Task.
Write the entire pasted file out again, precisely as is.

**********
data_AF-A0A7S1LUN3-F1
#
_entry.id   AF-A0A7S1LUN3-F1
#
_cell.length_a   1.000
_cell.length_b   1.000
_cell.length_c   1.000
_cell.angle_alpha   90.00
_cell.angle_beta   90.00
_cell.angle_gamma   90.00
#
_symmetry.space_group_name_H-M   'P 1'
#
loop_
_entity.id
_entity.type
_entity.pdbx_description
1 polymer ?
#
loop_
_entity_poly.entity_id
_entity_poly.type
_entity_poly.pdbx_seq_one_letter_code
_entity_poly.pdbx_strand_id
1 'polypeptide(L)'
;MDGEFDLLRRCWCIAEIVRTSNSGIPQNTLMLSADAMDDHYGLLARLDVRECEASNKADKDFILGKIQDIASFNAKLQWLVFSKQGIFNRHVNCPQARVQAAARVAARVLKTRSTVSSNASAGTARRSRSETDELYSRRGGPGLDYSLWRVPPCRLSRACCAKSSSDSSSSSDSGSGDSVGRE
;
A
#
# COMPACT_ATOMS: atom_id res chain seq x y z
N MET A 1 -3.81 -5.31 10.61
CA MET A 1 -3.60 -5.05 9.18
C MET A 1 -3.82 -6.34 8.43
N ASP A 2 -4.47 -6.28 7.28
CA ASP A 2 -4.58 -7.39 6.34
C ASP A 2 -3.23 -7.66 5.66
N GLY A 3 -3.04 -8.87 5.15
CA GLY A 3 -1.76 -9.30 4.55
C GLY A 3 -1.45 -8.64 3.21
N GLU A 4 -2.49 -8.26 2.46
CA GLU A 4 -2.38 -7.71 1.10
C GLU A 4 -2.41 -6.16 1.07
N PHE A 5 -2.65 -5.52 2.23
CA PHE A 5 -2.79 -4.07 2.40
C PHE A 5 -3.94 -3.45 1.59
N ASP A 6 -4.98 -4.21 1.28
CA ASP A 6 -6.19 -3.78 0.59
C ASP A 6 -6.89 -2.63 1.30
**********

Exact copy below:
data_AF-A0A7S1LUN3-F1
#
_entry.id   AF-A0A7S1LUN3-F1
#
_cell.length_a   1.000
_cell.length_b   1.000
_cell.length_c   1.000
_cell.angle_alpha   90.00
_cell.angle_beta   90.00
_cell.angle_gamma   90.00
#
_symmetry.space_group_name_H-M   'P 1'
#
loop_
_entity.id
_entity.type
_entity.pdbx_description
1 polymer ?
#
loop_
_entity_poly.entity_id
_entity_poly.type
_entity_poly.pdbx_seq_one_letter_code
_entity_poly.pdbx_strand_id
1 'polypeptide(L)'
;MDGEFDLLRRCWCIAEIVRTSNSGIPQNTLMLSADAMDDHYGLLARLDVRECEASNKADKDFILGKIQDIASFNAKLQWLVFSKQGIFNRHVNCPQARVQAAARVAARVLKTRSTVSSNASAGTARRSRSETDELYSRRGGPGLDYSLWRVPPCRLSRACCAKSSSDSSSSSDSGSGDSVGRE
;
A
#
# COMPACT_ATOMS: atom_id res chain seq x y z
N MET A 1 -3.81 -5.31 10.61
CA MET A 1 -3.60 -5.05 9.18
C MET A 1 -3.82 -6.34 8.43
N ASP A 2 -4.47 -6.28 7.28
CA ASP A 2 -4.58 -7.39 6.34
C ASP A 2 -3.23 -7.66 5.66
N GLY A 3 -3.04 -8.87 5.15
CA GLY A 3 -1.76 -9.30 4.55
C GLY A 3 -1.45 -8.64 3.21
N GLU A 4 -2.49 -8.26 2.46
CA GLU A 4 -2.38 -7.71 1.10
C GLU A 4 -2.41 -6.16 1.07
N PHE A 5 -2.65 -5.52 2.23
CA PHE A 5 -2.79 -4.07 2.40
C PHE A 5 -3.94 -3.45 1.59
N ASP A 6 -4.98 -4.21 1.28
CA ASP A 6 -6.19 -3.78 0.59
C ASP A 6 -6.89 -2.63 1.30